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Havre de Grace eyes properties for annexation 450 acres would go for industrial development


Havre de Grace administrators may look outside city borders to strengthen the community's industrial base and financial future.

A three-member City Council committee is looking into annexing several properties totaling about 450 acres. Most of Havre de Grace's industrial land is fully developed, say committee members.

"There is no timetable," said Councilman Philip Angelini Jr., chairman of the annexation committee.

"We're saying let's look at five, 10, 20 years from now to see what we want to do."

In the coming years, the Havre de Grace area will face development pressure due to the growth from the Baltimore and Wilmington, Del., metropolitan areas, Angelini said.

By annexing land, the city would be able to control land development, he said.

The sites the committee is considering for annexation are:

* About 350 acres, called the Hopkins property, between the Chesapeake Industrial Park off Pulaski Highway and FTC Chesapeake Bay.

* About 100 acres owned by the Arundel Sand & Gravel Co. on the north side of the city, off River Drive.

* Several small properties off Chapel Road. These tracts are being considered for annexation to straighten the city line.

In the last three years, the city has undertaken two annexations, totaling about 600 acres, for residential development.

Those sites are now the Bayview Estates and Grace Harbour developments, where about 950 homes are planned. Most of Bayview Estates is built; Grace Harbour is starting construction.

When those sites were annexed, Havre de Grace needed land for new residential development within the city, Angelini said.

Now, the city needs industrial development to strengthen its tax base, Angelini said. The Hopkins and Arundel properties are being considered strictly for industrial uses.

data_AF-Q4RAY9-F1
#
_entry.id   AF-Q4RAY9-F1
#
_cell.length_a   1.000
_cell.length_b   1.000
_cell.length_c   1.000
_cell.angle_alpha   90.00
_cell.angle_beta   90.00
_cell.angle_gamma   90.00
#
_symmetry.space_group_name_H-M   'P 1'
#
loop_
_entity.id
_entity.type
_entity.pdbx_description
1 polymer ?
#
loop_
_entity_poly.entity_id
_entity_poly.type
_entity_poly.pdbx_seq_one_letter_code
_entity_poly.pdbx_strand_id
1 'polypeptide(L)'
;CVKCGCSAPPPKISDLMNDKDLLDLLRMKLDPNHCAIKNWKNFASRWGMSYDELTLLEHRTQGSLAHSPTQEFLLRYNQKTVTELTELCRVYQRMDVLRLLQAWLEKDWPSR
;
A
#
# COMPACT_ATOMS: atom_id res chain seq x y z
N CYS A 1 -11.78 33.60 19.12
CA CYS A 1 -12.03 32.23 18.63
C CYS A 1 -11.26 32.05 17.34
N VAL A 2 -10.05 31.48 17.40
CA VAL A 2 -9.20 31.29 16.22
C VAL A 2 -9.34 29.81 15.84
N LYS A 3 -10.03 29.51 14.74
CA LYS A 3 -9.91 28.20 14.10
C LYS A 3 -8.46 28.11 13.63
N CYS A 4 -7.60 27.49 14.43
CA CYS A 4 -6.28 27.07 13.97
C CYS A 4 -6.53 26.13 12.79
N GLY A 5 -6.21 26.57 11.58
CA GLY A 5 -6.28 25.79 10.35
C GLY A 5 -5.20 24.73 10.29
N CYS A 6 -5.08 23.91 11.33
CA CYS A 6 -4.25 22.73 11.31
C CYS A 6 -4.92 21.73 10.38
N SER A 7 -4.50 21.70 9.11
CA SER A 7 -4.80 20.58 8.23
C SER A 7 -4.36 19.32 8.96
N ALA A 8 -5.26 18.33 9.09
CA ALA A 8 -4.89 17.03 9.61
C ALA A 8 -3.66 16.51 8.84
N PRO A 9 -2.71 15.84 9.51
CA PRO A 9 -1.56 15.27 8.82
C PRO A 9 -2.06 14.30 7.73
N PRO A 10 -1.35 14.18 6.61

"In today's economy, houses don't pay their way," said Angelini, explaining that residential property taxes seldom cover the cost of city services. "Industrial development does pay in terms of jobs and in terms of goods and services.

"There are a number of economic good-sense reasons."

Councilman Joseph Kochen derfer, a member of the annexation committee, stressed that while industry would bring in more tax dollars, the city must make sure that residents don't have to foot the bill for providing public services to those areas.

If the council pursues annexations, it will require developers of those properties to pay for utility lines and other services, said Kochenderfer.

Councilwoman Anna Long added that the city needs to make sure annexations and developments do not detract from its historic character.

"The things that made us what we are we don't want to change," Long said.

As for the other towns, the preliminary comprehensive plan for Aberdeen suggests that the city consider annexation to provide land for residential and industrial development. The plan, however, does not designate specific areas for annexations.

In Bel Air, officials are not considering any annexations. The town did annex properties in the 1980s to allow for residential and commercial development.

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